MISCONCEPTION: Scientists' observations directly tell them how things work (i.e., knowledge is "read off" nature, not built).

CORRECTION: Because science relies on observation and because the process of science is unfamiliar to many, it may seem as though scientists build knowledge directly through observation. Observation is critical in science, but scientists often make inferences about what those observations mean. Observations are part of a complex process that involves coming up with ideas about how the natural world works and seeing if observations back those explanations up. Learning about the inner workings of the natural world is less like reading a book and more like writing a non-fiction book — trying out different ideas, rephrasing, running drafts by other people, and modifying text in order to present the clearest and most accurate explanations for what we observe in the natural world. To learn more about how scientific knowledge is built, visit our section How science works.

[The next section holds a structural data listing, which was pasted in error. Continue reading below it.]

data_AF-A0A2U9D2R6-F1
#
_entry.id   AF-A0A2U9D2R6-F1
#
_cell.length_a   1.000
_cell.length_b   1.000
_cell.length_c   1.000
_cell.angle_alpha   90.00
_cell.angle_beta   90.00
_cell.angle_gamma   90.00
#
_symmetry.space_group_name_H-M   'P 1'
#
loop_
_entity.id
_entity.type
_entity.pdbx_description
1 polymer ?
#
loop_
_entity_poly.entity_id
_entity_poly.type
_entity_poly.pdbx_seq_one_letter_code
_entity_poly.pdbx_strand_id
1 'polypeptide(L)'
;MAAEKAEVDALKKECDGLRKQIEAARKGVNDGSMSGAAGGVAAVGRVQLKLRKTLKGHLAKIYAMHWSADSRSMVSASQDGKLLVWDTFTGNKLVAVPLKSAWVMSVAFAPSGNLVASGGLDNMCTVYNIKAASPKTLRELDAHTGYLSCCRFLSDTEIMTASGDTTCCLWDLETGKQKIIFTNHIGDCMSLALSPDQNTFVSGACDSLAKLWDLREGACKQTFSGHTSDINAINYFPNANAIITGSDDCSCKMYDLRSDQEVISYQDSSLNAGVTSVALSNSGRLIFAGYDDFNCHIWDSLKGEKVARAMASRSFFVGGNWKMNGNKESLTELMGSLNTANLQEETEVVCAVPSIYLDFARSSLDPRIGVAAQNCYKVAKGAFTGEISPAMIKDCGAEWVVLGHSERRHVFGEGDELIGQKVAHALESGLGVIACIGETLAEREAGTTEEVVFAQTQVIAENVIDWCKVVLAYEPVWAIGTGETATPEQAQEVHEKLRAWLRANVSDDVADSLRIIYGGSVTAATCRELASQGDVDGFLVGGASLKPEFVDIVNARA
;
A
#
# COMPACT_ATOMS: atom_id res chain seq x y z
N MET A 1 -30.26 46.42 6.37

MISCONCEPTION: Science proves ideas.

CORRECTION: Journalists often write about "scientific proof" and some scientists talk about it, but in fact, the concept of proof — real, absolute proof — is not particularly scientific. Science is based on the principle that any idea, no matter how widely accepted today, could be overturned tomorrow if the evidence warranted it. Science accepts or rejects ideas based on the evidence; it does not prove or disprove them. To learn more about this, visit our page describing how science aims to build knowledge.

MISCONCEPTION: Science can only disprove ideas.